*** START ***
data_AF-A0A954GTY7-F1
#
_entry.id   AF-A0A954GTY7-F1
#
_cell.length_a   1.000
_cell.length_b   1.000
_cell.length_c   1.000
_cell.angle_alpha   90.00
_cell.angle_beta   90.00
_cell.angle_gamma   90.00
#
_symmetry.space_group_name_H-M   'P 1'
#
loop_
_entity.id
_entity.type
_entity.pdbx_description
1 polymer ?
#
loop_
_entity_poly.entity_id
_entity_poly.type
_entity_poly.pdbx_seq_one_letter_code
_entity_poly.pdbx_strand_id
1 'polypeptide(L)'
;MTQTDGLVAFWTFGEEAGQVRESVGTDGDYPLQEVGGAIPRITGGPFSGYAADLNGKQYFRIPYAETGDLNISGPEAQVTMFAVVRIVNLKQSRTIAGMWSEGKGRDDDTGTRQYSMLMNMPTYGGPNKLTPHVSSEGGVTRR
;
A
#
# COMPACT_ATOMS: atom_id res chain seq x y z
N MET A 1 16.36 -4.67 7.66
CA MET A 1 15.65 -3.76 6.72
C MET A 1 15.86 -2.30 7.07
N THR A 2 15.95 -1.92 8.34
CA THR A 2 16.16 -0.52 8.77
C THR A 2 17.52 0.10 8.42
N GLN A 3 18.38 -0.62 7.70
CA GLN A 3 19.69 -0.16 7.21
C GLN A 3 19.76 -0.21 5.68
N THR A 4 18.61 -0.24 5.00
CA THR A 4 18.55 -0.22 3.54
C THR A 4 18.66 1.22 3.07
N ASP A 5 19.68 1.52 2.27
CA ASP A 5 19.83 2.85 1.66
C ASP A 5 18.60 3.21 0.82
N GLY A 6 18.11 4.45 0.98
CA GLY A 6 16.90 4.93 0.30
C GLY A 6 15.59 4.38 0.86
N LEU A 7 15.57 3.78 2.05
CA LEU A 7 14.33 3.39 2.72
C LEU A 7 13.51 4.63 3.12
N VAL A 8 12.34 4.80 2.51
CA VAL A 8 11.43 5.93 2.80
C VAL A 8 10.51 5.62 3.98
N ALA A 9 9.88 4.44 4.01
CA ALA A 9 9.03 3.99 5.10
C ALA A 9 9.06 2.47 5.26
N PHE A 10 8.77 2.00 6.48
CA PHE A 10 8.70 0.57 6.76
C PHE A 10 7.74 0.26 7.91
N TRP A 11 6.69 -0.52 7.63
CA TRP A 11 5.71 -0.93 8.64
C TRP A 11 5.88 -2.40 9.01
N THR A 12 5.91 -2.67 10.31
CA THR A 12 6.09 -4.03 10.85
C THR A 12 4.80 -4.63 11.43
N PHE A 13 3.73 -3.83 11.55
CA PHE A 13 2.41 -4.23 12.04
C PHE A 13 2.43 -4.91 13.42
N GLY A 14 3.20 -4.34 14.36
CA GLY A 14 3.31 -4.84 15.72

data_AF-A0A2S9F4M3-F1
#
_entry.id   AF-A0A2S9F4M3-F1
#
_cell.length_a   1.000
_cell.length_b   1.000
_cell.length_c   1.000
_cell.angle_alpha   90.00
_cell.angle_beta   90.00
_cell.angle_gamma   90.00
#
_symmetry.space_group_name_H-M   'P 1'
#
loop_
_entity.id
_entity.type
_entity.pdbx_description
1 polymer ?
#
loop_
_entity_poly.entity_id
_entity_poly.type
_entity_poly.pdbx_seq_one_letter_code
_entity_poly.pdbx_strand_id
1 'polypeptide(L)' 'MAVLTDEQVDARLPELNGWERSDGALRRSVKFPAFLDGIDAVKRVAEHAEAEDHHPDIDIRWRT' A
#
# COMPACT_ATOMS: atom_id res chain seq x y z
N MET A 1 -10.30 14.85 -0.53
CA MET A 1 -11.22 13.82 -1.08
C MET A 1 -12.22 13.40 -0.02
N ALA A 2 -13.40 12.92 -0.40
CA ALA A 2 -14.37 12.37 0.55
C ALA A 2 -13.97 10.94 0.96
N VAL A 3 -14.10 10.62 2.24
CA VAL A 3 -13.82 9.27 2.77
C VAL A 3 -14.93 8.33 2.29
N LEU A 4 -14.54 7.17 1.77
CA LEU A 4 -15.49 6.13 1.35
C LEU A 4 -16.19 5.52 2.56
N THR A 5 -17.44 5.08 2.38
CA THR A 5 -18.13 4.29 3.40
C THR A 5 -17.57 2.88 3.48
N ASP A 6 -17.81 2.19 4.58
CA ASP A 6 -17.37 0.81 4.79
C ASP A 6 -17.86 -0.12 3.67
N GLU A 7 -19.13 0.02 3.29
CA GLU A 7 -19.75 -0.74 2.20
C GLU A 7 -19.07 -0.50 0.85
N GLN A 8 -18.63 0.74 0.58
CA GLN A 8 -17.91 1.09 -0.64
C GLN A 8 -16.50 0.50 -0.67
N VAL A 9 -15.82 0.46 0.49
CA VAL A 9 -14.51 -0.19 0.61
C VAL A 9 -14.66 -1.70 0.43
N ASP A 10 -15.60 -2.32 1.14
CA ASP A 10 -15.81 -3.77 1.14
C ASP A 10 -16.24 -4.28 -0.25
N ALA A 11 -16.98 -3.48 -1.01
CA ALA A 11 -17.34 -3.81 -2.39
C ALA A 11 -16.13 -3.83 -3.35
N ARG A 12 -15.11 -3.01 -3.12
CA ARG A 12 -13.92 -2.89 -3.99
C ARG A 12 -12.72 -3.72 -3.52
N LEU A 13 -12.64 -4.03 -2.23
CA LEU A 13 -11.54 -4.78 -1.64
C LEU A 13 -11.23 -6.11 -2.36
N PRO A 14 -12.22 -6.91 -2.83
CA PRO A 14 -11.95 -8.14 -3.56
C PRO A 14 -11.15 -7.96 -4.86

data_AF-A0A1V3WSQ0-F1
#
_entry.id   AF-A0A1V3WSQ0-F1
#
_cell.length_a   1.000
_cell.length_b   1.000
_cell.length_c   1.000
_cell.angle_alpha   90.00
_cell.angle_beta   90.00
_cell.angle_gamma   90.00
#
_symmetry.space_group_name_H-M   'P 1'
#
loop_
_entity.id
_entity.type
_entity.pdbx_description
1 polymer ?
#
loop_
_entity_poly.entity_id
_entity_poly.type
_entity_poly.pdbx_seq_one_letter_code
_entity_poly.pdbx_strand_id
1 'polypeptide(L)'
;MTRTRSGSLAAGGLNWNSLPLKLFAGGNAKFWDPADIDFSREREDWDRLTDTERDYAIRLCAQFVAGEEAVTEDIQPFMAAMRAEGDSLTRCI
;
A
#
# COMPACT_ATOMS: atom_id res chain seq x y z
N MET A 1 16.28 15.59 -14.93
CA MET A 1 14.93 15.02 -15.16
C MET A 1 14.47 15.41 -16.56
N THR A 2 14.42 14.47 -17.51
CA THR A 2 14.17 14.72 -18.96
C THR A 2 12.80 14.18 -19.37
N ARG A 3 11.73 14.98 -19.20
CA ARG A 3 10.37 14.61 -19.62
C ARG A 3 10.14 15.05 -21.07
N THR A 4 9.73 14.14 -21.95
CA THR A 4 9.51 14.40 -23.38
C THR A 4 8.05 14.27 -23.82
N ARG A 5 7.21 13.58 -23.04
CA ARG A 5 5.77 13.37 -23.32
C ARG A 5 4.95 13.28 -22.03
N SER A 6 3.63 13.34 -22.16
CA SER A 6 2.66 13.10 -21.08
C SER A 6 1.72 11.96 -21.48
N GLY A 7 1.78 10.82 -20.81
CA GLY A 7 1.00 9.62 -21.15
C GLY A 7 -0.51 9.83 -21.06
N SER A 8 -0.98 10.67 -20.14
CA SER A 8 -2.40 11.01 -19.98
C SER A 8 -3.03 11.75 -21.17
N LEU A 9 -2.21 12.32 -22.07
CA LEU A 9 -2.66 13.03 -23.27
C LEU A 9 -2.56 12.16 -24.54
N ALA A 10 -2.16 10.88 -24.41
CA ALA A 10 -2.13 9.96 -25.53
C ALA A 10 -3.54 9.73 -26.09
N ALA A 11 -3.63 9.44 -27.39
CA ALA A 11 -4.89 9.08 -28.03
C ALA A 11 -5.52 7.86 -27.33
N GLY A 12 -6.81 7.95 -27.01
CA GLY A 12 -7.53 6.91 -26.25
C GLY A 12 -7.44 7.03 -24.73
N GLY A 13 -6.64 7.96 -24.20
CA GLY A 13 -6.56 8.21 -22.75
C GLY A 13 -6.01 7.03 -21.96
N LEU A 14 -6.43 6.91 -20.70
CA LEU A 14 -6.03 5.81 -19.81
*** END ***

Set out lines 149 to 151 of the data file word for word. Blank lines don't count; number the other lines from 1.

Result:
_cell.angle_beta   90.00
_cell.angle_gamma   90.00
#